PRODUCTION JOURNAL


DAY 2 - TUESDAY MARCH 6, 2001

A MESS OF COPS & A DASH OF MATHER


INT. POLICE PRECINCT - OFFICE - DAY
Scene #65

EXT. POLICE PRECINCT - BRIEFING ROOM - DAY
Scene #34

INT. POLICE PRECINCT - FRONT DESK - DAY
Scene #10

INT. POLICE PRECINCT - LOCKER ROOM - DAY
Scene #9

EXT. POLICE PRECINCT - MAIN ENTRANCE - DAY
Scene #68


Today was our first day filming in the East side SAPD substation. A big budget film would have created an elaborate set to resemble a real police precinct. Here in the low budget world, we had no choice but to use the real thing. Real is better in many respects, but in the case of a busy police substation, there are a number of potential problems. The biggest is that the real cops need to do their jobs. As amusing as a film set can be, it is also very intrusive; there are lights, cables, trucks and crew everywhere. The novelty wears off very quickly when you're tripping over a 40-person film crew and all their gak.


Morning makes his announcement

Our first scene (sc. 34) was set in the briefing room. We had to set up right after the 7 AM shift change and be done before the 2 PM roll call. This was also the first scene to involve several SAPD officers working as extras. As discussed in an earlier journal entry, I decided to use the same uniforms as the SAPD with badges and patches for our fictional San Lovisa Police Department. So, first thing in the morning, our crack wardrobe staff made themselves busy sewing San Lovisa patches over the San Antonio patches. Props then removed the cops' SAPD badges and replaced them with our own -- which are much better looking in my opinion. Simply replacing badges and patches saved us a huge amount of money in wardrobe purchases, and all the SAPD boys and girls looked great.


Yvonne sews on a San Lovisa patch

One discovery was that finding off-duty cops willing to work for our paltry "extra" wages wasn't easy. We had a number of no-shows, but were able to pull some officers from the substation to fill in the gaps. It all went fine until the Captain started hovering and asking when he could get his guys back -- they were due out on the streets. We were able to get our last set-up finished before things got tense. And I especially didn't want to piss the cops off on the first day of several filming in the substation. A frequent occurrence in the low budget world is not getting invited back to a location after the first day of shooting. Having a signed location agreement is all well and good, but if they're pissed off you've got a problem.


  Lou visits San Lovisa for the day

The locker room scene (sc. 9) was the first that required actual performances from the real cops. The timing of entrances and exits was important and one or two of them had actual lines of dialogue. Seasoned actors make hitting a mark and saying a line look pretty easy, but it's is harder that one might imagine. The best you can ever do with non-actors is pray that they come off naturally; there is no direction that will help someone with no experience. Officer Mike Ross stood out as a natural talent, and we ended up featuring him in several other scenes over the course of the film. He had some excellent cop stories, too, which I'll tell in a later journal entry.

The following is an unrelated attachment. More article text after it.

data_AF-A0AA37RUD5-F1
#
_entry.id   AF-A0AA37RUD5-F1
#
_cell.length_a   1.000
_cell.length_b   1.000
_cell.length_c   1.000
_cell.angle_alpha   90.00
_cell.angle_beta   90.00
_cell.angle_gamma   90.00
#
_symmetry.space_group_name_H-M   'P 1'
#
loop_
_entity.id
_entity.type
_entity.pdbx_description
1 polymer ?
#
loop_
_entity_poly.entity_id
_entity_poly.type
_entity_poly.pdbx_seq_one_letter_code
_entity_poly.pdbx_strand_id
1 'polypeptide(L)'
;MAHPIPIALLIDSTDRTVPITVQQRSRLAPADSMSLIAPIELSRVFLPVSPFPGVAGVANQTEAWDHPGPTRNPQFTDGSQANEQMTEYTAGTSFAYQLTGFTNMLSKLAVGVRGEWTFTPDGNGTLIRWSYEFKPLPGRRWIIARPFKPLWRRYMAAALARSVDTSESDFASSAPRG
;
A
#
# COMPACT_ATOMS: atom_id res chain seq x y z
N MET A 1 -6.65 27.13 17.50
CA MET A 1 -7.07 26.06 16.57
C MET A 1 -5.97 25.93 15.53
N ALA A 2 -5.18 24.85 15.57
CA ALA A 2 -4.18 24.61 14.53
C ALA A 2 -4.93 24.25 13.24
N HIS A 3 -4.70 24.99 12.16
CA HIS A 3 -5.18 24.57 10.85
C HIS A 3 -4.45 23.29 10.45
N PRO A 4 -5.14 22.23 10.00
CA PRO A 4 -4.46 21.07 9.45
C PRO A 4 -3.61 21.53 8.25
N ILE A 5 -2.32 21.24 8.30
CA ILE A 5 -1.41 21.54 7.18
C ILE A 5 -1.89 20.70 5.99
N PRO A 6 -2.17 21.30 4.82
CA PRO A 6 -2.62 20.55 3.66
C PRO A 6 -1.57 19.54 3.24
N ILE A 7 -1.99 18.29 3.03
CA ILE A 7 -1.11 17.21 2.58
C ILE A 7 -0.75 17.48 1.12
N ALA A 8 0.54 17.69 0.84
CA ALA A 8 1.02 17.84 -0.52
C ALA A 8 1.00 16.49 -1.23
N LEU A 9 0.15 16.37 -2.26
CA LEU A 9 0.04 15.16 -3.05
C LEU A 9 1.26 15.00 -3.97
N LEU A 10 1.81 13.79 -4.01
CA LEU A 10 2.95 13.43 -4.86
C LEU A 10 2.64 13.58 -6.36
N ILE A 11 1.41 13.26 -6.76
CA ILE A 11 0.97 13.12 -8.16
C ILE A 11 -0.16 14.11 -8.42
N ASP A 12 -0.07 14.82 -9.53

Morning (Bill Sage) contemplates Mather


Mather returns the look

The only disaster of the day didn't reveal itself until the following week. The lab called to report that several takes from the substation shoot had severe gate weave. Gate weave is just what it sounds like: the filmed image stutters and weaves, and is essentially unusable. When a report like this comes from the lab, it strikes terror in the hearts of directors and DPs. At first, you don't know how much of the day's work has been affected by the problem. And until the negative report comes for the following days, you don't know if you've lost further work as well. Once Tim's staff reviewed their paperwork, though, they determined that the bad footage was specific to a single film magazine, and that it was one that we hadn't used again since that day.


Mather gets interrogated

As it turns out, there were other circled takes of everything that was ruined but for one setup, scene 65. Scene 65 is Mather being interrogated by one of the officers that arrested him, and was a "oner," a single shot (with minimal lighting). Since we were planning on returning to the substation anyway, we could just add this one shot to the end of that day. For having a bad mag, we got off pretty easy. Still, problems like this give you a feeling of taking two steps forward and one step back. Well, at least the net result is a step forward.

- Joseph Pierson
 


              



Copyright 2001 Cypress Films, Inc. All rights reserved.